The Advocate General’s opinion published this morning endorses the orthodox understanding of the trigger point for the obligation to consult collectively: ie that the numerical thresholds are calculated for each “establishment” separately. If adopted by the European Court of Justice, that will put paid to arguments that in the case of large-scale re-organisations, redundancies declared across the employer’s entire operation need to be aggregated.
The opinion has been given in relation to three separate cases, one of which is a reference from the Court of Appeal in the so-called “Woolies litigation”. The underlying issue in that case is whether, after the closure of the national chain of Woolworths stores, protective awards should be confined to workers at the larger stores, or whether all staff being made redundant as part of the same redundancy programme should qualify, even if the store where they were working employed fewer than 20 staff.
The Collective Redundancies Directive gives member states a choice of how to implement protection for collective redundancies. The first option applies different numerical thresholds depending on the number of employees at the establishment in question. The second – adopted by the UK government – creates an absolute threshold of 20 “whatever the number of workers normally employed at the establishments in question”.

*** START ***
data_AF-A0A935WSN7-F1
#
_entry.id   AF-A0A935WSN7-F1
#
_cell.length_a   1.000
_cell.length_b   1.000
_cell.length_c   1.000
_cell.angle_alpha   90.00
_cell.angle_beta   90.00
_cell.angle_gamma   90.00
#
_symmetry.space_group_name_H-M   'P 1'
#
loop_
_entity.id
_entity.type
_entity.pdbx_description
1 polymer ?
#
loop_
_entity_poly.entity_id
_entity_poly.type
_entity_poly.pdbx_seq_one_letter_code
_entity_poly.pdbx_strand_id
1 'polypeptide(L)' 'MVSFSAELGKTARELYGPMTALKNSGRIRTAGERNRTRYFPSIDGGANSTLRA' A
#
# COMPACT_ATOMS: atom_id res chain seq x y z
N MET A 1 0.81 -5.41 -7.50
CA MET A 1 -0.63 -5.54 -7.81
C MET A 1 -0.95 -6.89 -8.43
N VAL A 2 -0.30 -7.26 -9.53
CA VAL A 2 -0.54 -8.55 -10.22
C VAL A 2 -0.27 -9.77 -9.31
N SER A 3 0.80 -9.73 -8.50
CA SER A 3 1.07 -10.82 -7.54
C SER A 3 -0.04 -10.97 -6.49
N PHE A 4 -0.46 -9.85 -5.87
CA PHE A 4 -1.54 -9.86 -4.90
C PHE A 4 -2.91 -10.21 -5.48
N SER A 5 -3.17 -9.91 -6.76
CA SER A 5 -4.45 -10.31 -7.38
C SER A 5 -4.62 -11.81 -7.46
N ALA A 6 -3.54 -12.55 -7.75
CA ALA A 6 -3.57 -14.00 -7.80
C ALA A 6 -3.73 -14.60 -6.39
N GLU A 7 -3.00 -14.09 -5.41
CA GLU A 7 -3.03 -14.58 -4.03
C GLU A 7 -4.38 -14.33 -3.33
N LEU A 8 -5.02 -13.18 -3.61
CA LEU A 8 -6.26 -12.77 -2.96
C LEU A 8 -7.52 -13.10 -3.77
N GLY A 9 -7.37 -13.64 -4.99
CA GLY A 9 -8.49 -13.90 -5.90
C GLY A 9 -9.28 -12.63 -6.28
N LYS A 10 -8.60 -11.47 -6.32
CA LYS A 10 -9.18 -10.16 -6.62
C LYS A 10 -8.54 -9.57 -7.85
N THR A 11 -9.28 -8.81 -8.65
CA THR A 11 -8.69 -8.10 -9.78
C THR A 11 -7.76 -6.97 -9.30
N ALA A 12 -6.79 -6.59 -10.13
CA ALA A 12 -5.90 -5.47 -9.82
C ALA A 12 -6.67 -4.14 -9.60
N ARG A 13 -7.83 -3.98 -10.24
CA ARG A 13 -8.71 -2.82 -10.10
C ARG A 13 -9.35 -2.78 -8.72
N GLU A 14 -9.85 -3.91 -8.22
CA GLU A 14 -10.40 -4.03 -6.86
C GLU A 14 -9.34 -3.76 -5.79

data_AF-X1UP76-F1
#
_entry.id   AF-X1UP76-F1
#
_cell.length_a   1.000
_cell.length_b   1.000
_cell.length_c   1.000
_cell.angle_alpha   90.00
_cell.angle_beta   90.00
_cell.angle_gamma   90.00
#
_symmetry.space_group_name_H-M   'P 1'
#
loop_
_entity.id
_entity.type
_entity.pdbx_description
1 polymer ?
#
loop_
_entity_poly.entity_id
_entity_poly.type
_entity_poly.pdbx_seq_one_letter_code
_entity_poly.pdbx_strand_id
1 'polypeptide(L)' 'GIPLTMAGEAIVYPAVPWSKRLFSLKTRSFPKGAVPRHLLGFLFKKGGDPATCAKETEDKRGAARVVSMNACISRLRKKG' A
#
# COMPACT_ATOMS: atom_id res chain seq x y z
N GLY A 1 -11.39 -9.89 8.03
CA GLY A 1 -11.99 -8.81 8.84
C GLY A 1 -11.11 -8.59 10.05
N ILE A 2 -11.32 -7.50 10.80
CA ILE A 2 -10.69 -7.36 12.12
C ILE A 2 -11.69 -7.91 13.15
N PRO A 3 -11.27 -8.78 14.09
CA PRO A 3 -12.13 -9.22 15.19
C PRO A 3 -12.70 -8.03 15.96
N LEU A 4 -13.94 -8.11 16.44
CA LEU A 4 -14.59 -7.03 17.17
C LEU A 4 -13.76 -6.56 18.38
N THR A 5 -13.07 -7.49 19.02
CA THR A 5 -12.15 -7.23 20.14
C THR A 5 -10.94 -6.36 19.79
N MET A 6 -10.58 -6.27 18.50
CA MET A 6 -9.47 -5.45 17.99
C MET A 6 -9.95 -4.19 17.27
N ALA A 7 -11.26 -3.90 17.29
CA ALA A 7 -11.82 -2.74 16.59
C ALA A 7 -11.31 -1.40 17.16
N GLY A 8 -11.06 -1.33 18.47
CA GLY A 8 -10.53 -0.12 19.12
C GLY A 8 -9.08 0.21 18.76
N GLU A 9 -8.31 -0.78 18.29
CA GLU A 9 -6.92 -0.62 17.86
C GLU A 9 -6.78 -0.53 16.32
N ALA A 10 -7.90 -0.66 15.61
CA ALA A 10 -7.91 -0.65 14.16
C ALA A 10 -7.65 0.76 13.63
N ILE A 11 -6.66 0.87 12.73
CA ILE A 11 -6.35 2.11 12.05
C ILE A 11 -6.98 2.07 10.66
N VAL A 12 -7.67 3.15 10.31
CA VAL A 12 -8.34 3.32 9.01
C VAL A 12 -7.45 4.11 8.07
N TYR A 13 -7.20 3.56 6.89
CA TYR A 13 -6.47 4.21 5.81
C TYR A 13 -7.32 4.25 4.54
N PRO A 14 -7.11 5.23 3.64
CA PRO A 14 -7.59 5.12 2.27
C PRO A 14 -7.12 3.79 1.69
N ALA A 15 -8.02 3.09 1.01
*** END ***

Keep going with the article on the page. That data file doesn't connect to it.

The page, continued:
The Advocate General’s view is that “establishment” must mean the same in both limbs. It just happens that the two most important cases from the ECJ have been decided under the first limb. But in all cases establishment essentially means the “local employment unit”. The fact that the plural form is used in the second limb is not significant – indeed the singular is used in a number of other language versions of the Directive.
If this reasoning finds favour with the ECJ, it will make it that much easier for the Court of Appeal to overturn the EAT’s controversial ruling 18 months ago which has been worrying employers ever since. It will also be a relief to the UK government, since the bill it will have to pick up for unpaid protective awards in this and other similar cases will be that much smaller.